French Immigrants Who Helped Shape America

Unlike other European groups, there were only a few instances where groups of French citizens made a collective decision to emigrate to the United States. They mostly came as individuals or families seeking a better life and many of the earliest settlements were designed to be trading outposts. But overall, immigration patterns were triggered by a major religious or political event. In the early 1500’s, the Reformation began in Europe with protests against the Catholic Church.  When King Louis XIV revoked the Edict of Nantes in 1685, many Protestants, especially those who were well-education and skilled, left for North America. Another major event was the end of the Seven Year’s War in 1763. France lost to England and gave up its control of the colonies. When the American Revolution began, France’s aid was a significant factor in defeating the British. Public opinion in America towards the French was positive but things changed because of the French Revolution in 1789 which led to the start of the French Republic and severe unrest until Napoleon was defeated at Waterloo.

Opportunities for French immigrants increased in 1803 when the United States acquired the Louisiana Territory. Additional immigration came in the 1870s when Germany took the French provinces Alsace and Lorraine, and that population chose not to live under German control. Relations between France and the United States improved dramatically as their soldiers fought side-by-side in World War I and later, when the Allies prevailed in World War II.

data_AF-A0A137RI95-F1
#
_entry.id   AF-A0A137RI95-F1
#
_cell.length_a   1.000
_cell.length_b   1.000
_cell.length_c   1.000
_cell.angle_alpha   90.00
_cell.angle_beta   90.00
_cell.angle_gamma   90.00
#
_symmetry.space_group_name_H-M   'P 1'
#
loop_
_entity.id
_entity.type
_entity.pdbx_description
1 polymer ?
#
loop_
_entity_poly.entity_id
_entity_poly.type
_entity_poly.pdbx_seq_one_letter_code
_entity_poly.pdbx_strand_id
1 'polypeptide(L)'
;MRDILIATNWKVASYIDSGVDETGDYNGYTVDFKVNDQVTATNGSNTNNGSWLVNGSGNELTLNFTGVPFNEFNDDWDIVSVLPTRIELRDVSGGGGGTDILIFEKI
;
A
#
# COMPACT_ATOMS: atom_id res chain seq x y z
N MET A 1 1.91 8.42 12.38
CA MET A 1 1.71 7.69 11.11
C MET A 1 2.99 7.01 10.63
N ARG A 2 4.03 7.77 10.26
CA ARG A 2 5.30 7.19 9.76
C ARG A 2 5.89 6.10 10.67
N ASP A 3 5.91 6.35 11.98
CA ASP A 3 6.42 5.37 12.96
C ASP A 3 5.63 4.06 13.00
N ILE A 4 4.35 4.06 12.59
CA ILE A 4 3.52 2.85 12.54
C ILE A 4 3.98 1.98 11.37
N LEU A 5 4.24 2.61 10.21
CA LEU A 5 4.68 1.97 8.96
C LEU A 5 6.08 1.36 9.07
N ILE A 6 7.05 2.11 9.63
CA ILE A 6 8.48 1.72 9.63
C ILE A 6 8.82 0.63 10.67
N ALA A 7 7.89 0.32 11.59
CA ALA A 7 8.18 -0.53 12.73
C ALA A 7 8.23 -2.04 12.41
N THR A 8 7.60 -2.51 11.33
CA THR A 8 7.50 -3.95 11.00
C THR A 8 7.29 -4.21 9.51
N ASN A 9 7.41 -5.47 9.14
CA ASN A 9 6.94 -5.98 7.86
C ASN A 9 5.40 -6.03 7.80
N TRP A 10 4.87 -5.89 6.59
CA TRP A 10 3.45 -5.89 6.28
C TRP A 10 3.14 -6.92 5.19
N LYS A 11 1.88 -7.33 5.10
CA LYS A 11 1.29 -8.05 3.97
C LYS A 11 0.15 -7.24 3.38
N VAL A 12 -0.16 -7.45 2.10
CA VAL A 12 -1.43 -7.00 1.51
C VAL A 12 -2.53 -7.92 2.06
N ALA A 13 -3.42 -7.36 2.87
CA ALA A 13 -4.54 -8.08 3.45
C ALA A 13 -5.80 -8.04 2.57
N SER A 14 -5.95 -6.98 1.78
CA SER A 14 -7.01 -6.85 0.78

Although the number of immigrants from France has been smaller than from other European countries, their urban and middle-class backgrounds have made it easier for them to adapt and succeed in their new country. In general, the French have assimilated well and have helped introduce new culture, cuisine, fashion and art. And many French words now appear almost daily in American conversation.

Legacy Stories from the Americans All Heritage Honor Roll

We are pleased to host and share these legacy stories created by honorees’ family, friends and associates. They, like us, appreciate that heritage and culture are an integral part of our nation's social fabric and want to help students participate effectively in our nation's economy, workforce and democracy.

Language
State
Last Name of Individual
First Name of Individual
Group name

Henri Castro [Texas State Historical Association] (July 1786 - November 31, 1865) Texas Empresario and Diplomat /node/564928

Henri Castro, empresario (a land agent or land contractor, under the system used by the Mexican government as a means of colonization) and founder of Castro's colony, was born in the department of Landes, France, in July 1786. His family, descended from Portuguese Jews who had fled to France after the inception of the Spanish Inquisition, occupied a position of wealth and status in southwestern France.

René Robert "Sieur de La Salle" Cavelier [Texas State Historical Association] (November 22, 1643 - March 19, 1687) Explorer /node/564925

René Robert Cavelier, Sieur de La Salle, explorer, was born in St. Herbland parish, Rouen, France, the son of Catherine Geeset and Jean Cavelier. Cavelier was a wealthy wholesale merchant and "Master of the Brotherhood of Notre-Dame." There were two other sons, the Abbé Jean Cavelier and Nicolas Cavelier, a lawyer, who died rather young, and a daughter, who married Nicolas Crevel.